17 Design Thinking

Design thinking focuses on solving real world problems by using the same process that designers use to make products and applying this framework to new situations.  It is solution-focused and is predicated on the idea of asking good questions and taking actionable steps. The design thinking process focuses on eight core abilities:

  1. Navigate ambiguity
  2. Learn from others
  3. Synthesize information
  4. Experiment rapidly
  5. Move between concrete and abstract
  6. Build and craft intentionally
  7. Communicate deliberately
  8. Design your design work

The early stages of design thinking emphasize gaining a deep understanding of the problem, and developing empathy with the people affected by that problem to understand their perspectives and needs. In this way, this process is sometimes referred to as human-centered design.

The later stages of design thinking focus on action. Design thinking is a process that allows teams or individuals to try out numerous solutions to a problem (to “experiment rapidly” or “prototype”) to meet the needs of the client or group.  Related to this idea is the importance of failing often, but failing quickly and cheaply so that you can find a solution that works. David Kelley explains in his TED Talk on creative confidence that “a series of small successes turns fear into familiarity.”

There are 5 phases in the design thinking process. As a designer works, she moves in and out of these phases in no particular order, revisiting each phase as necessary. The first phase is about empathy. We need to know the people involved in the problem, especially the “end-users,” those most affected by the problem. We need to know about their needs and the contexts in which they live. We need to put ourselves, as much as possible, in their shoes to think about what would be helpful. The second phase involves defining the problem as one whose solution will satisfy a human-centered need. Notice that this definition of the problem has moved from the larger, complex problem that we are trying to work on to a smaller, more focused problem that expresses the needs of a particular group of people. The third phase is about ideation, where the designers (in this case, the students) generate many ideas about how to satisfy the need identified in the definition stage. The fourth phase is to build several small-scale prototypes where particular aspects of the solution to the problem are chosen for implementation. This is an experimental phase where the goal is to identify the best solution to the needs with the constraints identified in the other phases. The fifth phase involves testing the prototypes and often involves the development of more insights into the problem that can then be iteratively incorporated into redefining the problem or into new ideation and prototyping stages.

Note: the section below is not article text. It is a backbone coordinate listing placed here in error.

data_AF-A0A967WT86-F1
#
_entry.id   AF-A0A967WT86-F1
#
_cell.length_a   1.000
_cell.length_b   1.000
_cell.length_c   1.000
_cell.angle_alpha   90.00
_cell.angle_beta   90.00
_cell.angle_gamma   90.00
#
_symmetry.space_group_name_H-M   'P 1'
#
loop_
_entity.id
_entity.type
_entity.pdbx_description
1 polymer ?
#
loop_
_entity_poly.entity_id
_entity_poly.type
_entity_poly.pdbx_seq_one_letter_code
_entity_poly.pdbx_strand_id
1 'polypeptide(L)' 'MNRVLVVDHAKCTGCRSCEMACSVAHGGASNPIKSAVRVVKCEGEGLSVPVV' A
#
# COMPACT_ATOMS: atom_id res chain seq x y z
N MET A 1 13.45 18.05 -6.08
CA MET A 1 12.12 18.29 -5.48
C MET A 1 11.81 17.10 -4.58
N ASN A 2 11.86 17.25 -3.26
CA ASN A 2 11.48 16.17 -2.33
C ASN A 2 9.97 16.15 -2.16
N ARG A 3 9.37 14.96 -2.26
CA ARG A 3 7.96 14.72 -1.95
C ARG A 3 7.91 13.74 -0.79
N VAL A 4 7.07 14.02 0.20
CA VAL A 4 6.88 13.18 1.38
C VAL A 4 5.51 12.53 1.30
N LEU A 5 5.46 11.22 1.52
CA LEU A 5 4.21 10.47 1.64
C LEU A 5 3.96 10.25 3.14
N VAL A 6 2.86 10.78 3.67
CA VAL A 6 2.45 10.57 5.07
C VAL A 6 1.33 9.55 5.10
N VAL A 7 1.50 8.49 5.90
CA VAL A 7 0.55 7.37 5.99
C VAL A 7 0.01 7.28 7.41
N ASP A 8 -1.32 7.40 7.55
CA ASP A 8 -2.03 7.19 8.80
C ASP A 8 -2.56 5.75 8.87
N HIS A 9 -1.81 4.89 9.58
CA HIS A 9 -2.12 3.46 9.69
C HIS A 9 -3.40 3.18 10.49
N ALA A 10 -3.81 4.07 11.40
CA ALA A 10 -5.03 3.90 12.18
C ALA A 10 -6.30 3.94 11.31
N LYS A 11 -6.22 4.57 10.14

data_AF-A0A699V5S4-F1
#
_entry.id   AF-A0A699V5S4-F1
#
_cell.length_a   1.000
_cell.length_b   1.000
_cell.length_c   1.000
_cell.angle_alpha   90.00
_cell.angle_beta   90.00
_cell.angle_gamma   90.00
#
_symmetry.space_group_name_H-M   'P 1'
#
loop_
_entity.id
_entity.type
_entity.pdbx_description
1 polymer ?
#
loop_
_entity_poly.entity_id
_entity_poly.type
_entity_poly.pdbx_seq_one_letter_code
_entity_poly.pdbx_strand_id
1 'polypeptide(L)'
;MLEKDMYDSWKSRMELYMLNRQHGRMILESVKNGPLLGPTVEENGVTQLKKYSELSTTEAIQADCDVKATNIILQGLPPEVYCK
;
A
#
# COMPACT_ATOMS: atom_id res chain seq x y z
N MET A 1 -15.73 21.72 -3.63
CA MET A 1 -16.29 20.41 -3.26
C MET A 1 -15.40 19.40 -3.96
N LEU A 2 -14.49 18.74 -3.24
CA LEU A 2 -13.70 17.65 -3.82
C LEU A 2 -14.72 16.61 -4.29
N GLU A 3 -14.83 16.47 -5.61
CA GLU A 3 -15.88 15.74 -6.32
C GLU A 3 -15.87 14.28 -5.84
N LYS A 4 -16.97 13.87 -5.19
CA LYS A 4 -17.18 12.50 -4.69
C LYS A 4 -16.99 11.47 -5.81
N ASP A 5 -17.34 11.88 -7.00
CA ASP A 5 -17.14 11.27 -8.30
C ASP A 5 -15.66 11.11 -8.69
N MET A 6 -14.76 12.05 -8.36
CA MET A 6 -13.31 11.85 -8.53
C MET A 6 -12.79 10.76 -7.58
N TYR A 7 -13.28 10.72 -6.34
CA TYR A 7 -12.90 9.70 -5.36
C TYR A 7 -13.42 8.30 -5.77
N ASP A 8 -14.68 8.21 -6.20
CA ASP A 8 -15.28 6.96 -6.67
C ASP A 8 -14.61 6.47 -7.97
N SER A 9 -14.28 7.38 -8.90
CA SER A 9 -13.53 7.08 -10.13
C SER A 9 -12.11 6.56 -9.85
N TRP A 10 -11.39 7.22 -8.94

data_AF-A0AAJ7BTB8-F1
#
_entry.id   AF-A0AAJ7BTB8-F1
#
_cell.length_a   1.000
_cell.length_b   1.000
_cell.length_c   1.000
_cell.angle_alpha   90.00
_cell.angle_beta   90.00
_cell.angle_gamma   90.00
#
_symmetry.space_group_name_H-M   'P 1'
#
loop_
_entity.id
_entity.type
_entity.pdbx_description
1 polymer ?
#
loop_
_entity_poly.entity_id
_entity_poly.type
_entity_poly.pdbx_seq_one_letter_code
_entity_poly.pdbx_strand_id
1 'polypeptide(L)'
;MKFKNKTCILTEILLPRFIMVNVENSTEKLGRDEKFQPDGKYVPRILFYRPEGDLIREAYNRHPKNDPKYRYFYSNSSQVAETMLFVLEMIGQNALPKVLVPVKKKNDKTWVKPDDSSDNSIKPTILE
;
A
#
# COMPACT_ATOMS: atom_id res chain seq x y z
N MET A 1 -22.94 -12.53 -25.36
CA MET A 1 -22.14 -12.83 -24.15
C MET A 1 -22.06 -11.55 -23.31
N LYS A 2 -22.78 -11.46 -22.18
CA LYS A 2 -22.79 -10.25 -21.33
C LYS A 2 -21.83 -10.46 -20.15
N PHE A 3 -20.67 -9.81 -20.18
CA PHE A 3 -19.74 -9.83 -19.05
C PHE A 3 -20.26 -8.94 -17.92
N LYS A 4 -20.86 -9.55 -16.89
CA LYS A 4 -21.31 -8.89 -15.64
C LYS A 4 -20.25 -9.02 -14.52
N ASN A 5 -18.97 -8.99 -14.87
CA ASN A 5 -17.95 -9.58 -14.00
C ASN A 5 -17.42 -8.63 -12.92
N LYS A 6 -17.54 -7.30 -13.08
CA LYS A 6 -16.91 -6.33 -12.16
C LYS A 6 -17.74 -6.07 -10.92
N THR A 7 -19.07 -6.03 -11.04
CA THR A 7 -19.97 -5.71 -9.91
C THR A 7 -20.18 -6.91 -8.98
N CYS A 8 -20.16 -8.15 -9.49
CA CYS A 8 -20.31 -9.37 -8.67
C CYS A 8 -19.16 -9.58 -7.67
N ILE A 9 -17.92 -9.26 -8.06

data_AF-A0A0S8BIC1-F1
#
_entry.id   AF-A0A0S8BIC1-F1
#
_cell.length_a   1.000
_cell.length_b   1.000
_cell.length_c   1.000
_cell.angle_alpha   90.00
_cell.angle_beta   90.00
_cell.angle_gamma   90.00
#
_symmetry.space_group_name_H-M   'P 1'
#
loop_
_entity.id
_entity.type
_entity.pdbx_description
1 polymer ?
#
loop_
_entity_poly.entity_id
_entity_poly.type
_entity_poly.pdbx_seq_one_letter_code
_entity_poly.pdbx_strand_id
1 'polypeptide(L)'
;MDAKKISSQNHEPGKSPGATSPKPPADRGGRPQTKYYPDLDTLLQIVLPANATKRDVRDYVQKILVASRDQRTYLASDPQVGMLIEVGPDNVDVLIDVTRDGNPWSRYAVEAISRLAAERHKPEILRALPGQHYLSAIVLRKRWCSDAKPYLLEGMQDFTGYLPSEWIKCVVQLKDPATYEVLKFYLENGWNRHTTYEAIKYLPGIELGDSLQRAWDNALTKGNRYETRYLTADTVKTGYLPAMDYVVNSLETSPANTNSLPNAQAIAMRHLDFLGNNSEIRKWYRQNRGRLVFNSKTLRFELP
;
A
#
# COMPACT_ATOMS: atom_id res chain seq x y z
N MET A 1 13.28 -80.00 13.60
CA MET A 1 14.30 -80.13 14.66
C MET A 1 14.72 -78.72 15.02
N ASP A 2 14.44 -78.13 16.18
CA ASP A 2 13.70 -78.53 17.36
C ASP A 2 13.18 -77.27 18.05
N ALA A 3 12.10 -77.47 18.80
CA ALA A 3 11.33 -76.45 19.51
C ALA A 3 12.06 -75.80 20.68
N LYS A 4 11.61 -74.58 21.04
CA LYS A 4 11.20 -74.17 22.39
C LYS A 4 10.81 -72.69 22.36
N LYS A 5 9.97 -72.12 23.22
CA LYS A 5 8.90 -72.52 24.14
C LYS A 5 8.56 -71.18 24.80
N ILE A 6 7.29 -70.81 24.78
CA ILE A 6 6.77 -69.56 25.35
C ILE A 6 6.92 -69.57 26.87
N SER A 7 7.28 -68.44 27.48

The d-school (Design School) at Stanford University has published a useful Introduction to Design Thinking Process Guide that clearly explain these 5 phases.

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Design Thinking by Cathie LeBlanc is licensed under a Creative Commons Attribution 4.0 International License, except where otherwise noted.

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